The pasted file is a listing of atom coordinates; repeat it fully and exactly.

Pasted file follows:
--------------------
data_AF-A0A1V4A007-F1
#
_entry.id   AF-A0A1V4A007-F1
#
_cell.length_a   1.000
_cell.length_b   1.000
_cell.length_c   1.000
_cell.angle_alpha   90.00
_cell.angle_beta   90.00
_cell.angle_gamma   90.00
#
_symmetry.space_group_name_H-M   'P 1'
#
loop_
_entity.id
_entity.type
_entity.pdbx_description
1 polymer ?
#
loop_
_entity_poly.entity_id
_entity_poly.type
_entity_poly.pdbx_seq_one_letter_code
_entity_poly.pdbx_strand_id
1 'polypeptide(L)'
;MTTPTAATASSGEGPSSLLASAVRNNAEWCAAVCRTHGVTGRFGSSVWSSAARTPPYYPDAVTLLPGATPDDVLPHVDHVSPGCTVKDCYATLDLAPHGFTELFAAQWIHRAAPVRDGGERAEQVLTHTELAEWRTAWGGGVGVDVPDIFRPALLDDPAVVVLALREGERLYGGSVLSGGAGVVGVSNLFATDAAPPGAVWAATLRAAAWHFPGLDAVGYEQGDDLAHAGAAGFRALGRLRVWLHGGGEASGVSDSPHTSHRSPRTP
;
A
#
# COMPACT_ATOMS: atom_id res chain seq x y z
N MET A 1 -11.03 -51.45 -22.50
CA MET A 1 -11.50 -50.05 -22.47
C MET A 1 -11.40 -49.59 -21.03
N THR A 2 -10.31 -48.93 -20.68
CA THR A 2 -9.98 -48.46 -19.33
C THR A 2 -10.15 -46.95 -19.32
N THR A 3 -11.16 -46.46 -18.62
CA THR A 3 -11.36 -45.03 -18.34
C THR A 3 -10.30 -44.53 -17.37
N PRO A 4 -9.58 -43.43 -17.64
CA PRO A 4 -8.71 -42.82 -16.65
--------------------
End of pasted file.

data_AF-A0A1V4A007-F1
#
_entry.id   AF-A0A1V4A007-F1
#
_cell.length_a   1.000
_cell.length_b   1.000
_cell.length_c   1.000
_cell.angle_alpha   90.00
_cell.angle_beta   90.00
_cell.angle_gamma   90.00
#
_symmetry.space_group_name_H-M   'P 1'
#
loop_
_entity.id
_entity.type
_entity.pdbx_description
1 polymer ?
#
loop_
_entity_poly.entity_id
_entity_poly.type
_entity_poly.pdbx_seq_one_letter_code
_entity_poly.pdbx_strand_id
1 'polypeptide(L)'
;MTTPTAATASSGEGPSSLLASAVRNNAEWCAAVCRTHGVTGRFGSSVWSSAARTPPYYPDAVTLLPGATPDDVLPHVDHVSPGCTVKDCYATLDLAPHGFTELFAAQWIHRAAPVRDGGERAEQVLTHTELAEWRTAWGGGVGVDVPDIFRPALLDDPAVVVLALREGERLYGGSVLSGGAGVVGVSNLFATDAAPPGAVWAATLRAAAWHFPGLDAVGYEQGDDLAHAGAAGFRALGRLRVWLHGGGEASGVSDSPHTSHRSPRTP
;
A
#
# COMPACT_ATOMS: atom_id res chain seq x y z
N MET A 1 -11.03 -51.45 -22.50
CA MET A 1 -11.50 -50.05 -22.47
C MET A 1 -11.40 -49.59 -21.03
N THR A 2 -10.31 -48.93 -20.68
CA THR A 2 -9.98 -48.46 -19.33
C THR A 2 -10.15 -46.95 -19.32
N THR A 3 -11.16 -46.46 -18.62
CA THR A 3 -11.36 -45.03 -18.34
C THR A 3 -10.30 -44.53 -17.37
N PRO A 4 -9.58 -43.43 -17.64
CA PRO A 4 -8.71 -42.82 -16.65